UMBC: Training Today’s Workforce

Published: Aug 31, 2004

Training Today’s Trainers

UMBC is a leader in developing programs that help to create a more skilled and technologically literate workforce in the Baltimore-Washington area. The latest example is the debut this fall of new graduate programs in systems engineering, e-government and the non-profit sector.

The University’s Division of Professional Education and Training (DPET) is responding to the staffing needs of regional high-tech industries by offering two graduate programs in Systems Engineering (SE). According to officials with Northrop Grumman Corporation’s (NYSE: NOC) Electronic Systems Sector‹a sponsor of the new programs‹the shortage of qualified systems engineers is urgent and will grow over the next few years. Systems engineers typically work on large-scale projects in high-tech industries including aerospace, information technology, defense, transportation, space exploration, manufacturing and telecommunications.

The two new programs differ from traditional systems engineering training by offering curricula that is focused more on the technical, hands-on side of the field instead of management. “There will be a heavy emphasis on problem solving, practical application, mentoring by experienced systems engineers and a teamwork approach,” says Ted Foster, assistant dean of the college of engineering at UMBC and director of the new SE program.

E-government is another field in need of professional development resources for its workers. A recent study by the CIO Council found that just 15 percent of more than 19,000 federal IT workers have extensive knowledge in e-government. UMBC’s Departments of Public Policy and Information Systems are responding with a new graduate certificate program in electronic government (e-gov), the first in the Baltimore/Washington area focused on skills needed to increase and improve online transactions and services offered by federal, state and local government to individuals and businesses.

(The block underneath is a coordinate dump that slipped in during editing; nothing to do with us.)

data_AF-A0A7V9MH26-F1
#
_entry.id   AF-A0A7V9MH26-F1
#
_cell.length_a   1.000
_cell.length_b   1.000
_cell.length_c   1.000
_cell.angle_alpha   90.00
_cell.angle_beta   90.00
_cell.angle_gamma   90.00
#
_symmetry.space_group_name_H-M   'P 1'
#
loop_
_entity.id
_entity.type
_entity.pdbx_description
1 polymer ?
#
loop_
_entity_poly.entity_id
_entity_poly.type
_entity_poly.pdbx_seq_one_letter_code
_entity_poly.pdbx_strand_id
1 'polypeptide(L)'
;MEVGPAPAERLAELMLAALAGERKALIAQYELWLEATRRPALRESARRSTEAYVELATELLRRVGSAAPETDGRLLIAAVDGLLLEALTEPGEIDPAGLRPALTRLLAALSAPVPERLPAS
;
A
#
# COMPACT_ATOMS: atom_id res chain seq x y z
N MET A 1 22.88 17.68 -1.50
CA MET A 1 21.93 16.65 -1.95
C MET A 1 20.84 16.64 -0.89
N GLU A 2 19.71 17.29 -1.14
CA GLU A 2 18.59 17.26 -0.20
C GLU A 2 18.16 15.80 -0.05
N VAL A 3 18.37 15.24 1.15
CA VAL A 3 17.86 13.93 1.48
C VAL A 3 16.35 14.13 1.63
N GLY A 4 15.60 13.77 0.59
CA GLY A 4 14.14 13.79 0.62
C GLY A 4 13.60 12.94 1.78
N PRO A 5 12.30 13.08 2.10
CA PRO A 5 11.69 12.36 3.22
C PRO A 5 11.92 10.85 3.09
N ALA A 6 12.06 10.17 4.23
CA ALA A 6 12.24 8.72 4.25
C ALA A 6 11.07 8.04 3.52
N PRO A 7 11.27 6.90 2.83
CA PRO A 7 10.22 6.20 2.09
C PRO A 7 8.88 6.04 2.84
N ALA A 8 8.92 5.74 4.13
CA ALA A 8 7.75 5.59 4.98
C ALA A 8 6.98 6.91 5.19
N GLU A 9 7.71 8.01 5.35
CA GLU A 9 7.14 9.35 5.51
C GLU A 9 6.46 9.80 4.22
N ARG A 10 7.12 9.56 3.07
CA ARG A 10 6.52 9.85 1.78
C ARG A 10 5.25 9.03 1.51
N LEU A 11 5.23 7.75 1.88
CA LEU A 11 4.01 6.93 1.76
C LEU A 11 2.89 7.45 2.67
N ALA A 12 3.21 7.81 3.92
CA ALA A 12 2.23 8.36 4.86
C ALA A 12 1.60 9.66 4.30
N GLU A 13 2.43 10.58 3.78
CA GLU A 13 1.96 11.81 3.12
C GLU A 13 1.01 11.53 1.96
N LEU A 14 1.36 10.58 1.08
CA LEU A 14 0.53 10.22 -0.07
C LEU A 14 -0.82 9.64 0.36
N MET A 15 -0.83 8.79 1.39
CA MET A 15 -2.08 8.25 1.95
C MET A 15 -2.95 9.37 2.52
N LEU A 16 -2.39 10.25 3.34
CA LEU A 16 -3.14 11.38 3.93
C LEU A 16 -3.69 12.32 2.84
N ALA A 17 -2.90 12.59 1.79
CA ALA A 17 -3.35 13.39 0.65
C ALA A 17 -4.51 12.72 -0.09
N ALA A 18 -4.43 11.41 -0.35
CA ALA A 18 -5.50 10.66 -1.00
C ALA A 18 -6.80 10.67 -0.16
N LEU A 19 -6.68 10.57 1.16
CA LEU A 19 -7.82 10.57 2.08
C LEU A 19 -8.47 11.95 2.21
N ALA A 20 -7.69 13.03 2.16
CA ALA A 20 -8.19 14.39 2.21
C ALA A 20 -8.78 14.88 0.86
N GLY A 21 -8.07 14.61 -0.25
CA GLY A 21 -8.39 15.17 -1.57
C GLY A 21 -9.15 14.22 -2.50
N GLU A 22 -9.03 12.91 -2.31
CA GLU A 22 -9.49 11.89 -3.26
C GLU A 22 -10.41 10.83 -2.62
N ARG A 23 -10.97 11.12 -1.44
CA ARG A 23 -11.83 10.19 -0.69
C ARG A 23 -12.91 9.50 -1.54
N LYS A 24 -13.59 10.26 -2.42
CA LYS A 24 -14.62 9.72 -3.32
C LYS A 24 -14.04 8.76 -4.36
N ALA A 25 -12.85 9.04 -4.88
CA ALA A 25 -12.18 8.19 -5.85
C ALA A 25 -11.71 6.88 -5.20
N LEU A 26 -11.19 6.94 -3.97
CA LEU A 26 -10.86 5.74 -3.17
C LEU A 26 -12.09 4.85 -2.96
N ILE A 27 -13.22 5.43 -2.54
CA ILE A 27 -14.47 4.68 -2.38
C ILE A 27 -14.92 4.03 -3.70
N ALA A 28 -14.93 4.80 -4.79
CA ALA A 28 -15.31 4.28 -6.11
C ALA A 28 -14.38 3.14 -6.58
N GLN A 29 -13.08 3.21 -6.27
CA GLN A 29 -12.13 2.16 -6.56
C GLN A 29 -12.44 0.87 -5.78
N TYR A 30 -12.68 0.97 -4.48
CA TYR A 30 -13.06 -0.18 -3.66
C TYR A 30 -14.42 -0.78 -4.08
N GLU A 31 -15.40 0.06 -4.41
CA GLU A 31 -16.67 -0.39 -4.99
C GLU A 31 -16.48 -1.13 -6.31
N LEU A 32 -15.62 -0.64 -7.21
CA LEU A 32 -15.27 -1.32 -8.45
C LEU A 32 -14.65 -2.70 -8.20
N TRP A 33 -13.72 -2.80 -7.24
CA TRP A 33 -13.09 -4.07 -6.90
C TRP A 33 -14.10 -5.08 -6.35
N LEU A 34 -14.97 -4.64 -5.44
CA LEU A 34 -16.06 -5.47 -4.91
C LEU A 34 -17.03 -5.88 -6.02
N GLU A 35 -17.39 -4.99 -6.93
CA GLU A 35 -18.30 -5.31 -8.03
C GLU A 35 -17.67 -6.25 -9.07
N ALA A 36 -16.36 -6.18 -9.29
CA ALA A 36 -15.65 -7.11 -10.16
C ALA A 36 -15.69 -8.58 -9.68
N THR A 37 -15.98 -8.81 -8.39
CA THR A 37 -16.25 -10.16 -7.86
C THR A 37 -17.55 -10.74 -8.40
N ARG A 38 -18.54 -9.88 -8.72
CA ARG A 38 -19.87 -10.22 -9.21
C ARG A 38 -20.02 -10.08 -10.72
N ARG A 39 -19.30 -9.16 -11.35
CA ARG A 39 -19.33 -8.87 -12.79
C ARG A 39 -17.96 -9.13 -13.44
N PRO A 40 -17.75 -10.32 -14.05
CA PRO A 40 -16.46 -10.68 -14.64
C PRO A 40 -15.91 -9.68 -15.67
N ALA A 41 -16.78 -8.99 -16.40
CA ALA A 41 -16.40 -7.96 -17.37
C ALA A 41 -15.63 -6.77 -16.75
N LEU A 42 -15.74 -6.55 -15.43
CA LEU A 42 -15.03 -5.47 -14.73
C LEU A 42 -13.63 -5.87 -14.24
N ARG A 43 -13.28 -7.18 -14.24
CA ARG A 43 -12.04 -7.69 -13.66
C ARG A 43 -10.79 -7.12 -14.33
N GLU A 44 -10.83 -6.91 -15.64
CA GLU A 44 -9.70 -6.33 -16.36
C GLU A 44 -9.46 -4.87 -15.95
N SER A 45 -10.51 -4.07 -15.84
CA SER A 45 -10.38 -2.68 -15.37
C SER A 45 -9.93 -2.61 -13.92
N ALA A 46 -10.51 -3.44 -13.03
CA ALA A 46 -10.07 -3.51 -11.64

Three of the nation’s top e-gov experts are teaching in the program: Pattee Fletcher, whose extensive federal information technology (IT) experience includes work for the General Accounting Office and the U.S. Treasury and Freddie Mac; Stephen Holden, whose federal government IT experience includes helping to develop the Internal Revenue Service’s (IRS) e-file system; and Donald F. Norris, a nationally known analyst, author and consultant on state and local government IT management. Norris and Fletcher are co-editors in chief of The International Journal of Electronic Government Research.

To provide important skills that will help workers in health, aging, social services and other fields better support community needs, UMBC and the Maryland Association of Nonprofit Organizations have created a flexible, 12-credit graduate certificate program in the nonprofit sector. Students may begin the program at any time during the year and earn a post-baccalaureate certificate in as little as 18 months. Courses, offered at UMBC and at the Maryland Nonprofits’ Baltimore Office, include the role of nonprofit institutions in American society, research and evaluation methods, nonprofit sectors such as health and aging, and internal structures and external relations of nonprofit organizations.



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